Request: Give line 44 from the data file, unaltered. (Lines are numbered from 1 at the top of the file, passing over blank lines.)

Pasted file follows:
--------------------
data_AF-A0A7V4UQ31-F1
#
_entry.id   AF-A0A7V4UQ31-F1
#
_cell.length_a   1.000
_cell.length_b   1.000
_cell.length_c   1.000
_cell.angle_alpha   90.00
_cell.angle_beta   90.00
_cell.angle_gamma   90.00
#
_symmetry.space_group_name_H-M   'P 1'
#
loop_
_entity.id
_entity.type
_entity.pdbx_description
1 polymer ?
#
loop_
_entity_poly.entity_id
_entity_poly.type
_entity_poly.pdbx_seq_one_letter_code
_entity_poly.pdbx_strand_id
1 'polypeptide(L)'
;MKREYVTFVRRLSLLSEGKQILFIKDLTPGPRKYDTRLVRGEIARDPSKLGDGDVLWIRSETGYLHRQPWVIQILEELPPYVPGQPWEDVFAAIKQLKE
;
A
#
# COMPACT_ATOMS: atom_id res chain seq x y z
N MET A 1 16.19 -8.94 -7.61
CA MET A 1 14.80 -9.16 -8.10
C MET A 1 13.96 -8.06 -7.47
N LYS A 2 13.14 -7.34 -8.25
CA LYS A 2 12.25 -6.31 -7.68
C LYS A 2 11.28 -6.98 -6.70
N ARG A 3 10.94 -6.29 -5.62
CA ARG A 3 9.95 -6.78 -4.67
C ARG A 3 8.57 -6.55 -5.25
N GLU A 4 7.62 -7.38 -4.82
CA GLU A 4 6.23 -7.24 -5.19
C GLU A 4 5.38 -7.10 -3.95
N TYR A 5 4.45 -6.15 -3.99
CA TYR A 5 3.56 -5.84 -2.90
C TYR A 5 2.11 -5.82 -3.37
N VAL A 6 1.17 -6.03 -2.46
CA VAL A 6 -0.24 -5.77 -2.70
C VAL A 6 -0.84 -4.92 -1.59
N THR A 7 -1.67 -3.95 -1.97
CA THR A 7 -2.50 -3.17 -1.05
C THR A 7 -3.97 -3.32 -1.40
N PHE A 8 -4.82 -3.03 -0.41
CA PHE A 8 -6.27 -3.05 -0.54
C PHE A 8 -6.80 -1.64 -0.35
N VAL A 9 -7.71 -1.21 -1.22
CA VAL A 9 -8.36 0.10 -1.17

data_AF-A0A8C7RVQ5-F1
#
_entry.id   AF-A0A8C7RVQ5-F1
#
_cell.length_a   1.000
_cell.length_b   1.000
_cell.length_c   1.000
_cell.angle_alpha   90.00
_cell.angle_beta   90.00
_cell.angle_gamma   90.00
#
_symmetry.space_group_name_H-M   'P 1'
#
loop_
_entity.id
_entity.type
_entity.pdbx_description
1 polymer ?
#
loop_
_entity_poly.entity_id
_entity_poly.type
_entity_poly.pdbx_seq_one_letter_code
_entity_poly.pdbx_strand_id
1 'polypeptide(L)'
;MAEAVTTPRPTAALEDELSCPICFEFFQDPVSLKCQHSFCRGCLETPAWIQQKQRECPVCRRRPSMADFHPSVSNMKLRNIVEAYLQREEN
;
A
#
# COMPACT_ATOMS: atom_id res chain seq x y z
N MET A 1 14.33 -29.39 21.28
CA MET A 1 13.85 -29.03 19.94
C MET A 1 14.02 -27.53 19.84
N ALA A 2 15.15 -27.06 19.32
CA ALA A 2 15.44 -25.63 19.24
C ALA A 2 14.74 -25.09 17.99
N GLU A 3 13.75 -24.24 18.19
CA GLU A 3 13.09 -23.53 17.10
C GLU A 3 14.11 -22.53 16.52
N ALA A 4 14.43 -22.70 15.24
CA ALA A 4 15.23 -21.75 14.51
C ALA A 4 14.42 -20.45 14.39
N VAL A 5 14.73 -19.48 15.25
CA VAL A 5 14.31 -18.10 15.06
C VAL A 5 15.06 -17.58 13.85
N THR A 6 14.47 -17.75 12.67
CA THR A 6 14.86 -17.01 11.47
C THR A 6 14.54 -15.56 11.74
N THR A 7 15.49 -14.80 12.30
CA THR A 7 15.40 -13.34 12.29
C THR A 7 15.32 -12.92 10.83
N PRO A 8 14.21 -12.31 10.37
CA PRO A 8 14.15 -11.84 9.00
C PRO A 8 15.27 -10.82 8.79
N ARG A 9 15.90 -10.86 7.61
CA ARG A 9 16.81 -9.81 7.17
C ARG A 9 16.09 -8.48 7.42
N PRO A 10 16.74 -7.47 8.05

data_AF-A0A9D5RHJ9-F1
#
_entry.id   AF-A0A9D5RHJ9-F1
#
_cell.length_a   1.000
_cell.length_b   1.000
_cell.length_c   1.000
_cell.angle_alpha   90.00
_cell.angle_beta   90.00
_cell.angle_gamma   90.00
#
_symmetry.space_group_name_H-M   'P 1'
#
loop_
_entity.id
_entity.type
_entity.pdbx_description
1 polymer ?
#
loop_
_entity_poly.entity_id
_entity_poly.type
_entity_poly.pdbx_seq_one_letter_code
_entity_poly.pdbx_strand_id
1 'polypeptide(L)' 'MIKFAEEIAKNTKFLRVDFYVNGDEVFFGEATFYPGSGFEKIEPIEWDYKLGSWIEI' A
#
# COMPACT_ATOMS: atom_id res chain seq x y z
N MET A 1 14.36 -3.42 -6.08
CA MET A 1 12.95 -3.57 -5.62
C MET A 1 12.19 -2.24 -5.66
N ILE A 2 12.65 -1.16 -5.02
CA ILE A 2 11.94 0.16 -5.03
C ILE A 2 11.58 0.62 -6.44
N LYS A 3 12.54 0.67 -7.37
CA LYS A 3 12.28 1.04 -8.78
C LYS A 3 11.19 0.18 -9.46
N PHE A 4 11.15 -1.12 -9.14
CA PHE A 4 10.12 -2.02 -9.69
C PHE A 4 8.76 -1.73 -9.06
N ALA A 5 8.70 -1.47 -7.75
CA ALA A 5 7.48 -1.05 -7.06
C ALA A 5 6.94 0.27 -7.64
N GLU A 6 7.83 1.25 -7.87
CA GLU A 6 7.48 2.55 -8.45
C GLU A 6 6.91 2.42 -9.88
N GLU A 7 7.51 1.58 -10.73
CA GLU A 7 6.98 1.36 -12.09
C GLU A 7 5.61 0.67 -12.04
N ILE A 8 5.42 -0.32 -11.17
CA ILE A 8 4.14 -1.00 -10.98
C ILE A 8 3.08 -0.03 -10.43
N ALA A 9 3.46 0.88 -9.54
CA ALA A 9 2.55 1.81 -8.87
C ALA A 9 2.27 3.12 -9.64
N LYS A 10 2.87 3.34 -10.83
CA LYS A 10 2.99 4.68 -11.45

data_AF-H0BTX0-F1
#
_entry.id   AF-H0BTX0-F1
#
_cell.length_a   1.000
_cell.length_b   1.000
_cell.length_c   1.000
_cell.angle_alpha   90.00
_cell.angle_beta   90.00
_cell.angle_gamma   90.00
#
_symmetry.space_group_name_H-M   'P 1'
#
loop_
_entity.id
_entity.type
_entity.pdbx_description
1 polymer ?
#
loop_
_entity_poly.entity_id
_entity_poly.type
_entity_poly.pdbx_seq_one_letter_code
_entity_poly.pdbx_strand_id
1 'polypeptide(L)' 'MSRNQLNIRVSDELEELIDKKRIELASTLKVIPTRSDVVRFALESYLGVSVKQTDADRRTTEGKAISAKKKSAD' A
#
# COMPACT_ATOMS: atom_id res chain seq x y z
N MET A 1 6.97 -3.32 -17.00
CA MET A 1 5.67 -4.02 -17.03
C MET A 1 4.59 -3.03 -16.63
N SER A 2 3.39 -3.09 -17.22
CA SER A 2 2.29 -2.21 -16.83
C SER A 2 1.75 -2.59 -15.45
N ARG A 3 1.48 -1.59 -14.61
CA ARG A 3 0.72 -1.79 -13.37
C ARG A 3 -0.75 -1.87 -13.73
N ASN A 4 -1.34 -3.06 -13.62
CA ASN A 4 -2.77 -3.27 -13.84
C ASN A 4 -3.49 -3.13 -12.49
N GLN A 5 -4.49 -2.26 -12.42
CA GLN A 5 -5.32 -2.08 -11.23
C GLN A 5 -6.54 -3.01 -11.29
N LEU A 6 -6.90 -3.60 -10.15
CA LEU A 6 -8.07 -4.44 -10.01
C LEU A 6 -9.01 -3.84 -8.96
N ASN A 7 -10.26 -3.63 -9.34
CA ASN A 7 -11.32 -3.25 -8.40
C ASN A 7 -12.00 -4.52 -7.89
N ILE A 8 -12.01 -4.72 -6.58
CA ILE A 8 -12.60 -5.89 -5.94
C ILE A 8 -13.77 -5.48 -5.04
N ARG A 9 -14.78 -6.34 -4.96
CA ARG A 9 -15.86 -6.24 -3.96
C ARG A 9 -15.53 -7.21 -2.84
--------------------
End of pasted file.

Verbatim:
CA TYR A 5 3.56 -5.84 -2.90